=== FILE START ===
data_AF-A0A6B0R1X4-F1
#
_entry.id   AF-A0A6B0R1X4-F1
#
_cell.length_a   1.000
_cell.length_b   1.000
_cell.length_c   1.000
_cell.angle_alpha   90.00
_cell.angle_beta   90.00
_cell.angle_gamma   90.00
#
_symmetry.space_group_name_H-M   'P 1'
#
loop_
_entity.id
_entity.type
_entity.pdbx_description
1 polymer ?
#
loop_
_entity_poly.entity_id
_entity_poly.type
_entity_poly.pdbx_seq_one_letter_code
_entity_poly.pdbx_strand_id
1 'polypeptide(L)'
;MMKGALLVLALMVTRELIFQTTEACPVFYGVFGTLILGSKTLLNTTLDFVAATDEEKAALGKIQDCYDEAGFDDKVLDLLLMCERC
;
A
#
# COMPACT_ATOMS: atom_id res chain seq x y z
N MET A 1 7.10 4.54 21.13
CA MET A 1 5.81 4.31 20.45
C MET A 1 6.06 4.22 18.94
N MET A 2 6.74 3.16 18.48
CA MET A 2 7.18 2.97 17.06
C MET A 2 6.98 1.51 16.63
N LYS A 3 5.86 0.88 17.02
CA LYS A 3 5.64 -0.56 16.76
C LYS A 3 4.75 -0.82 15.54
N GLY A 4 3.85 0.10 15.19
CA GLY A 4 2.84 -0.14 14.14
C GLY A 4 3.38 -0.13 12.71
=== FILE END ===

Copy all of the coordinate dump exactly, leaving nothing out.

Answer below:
data_AF-A0A6B0R1X4-F1
#
_entry.id   AF-A0A6B0R1X4-F1
#
_cell.length_a   1.000
_cell.length_b   1.000
_cell.length_c   1.000
_cell.angle_alpha   90.00
_cell.angle_beta   90.00
_cell.angle_gamma   90.00
#
_symmetry.space_group_name_H-M   'P 1'
#
loop_
_entity.id
_entity.type
_entity.pdbx_description
1 polymer ?
#
loop_
_entity_poly.entity_id
_entity_poly.type
_entity_poly.pdbx_seq_one_letter_code
_entity_poly.pdbx_strand_id
1 'polypeptide(L)'
;MMKGALLVLALMVTRELIFQTTEACPVFYGVFGTLILGSKTLLNTTLDFVAATDEEKAALGKIQDCYDEAGFDDKVLDLLLMCERC
;
A
#
# COMPACT_ATOMS: atom_id res chain seq x y z
N MET A 1 7.10 4.54 21.13
CA MET A 1 5.81 4.31 20.45
C MET A 1 6.06 4.22 18.94
N MET A 2 6.74 3.16 18.48
CA MET A 2 7.18 2.97 17.06
C MET A 2 6.98 1.51 16.63
N LYS A 3 5.86 0.88 17.02
CA LYS A 3 5.64 -0.56 16.76
C LYS A 3 4.75 -0.82 15.54
N GLY A 4 3.85 0.10 15.19
CA GLY A 4 2.84 -0.14 14.14
C GLY A 4 3.38 -0.13 12.71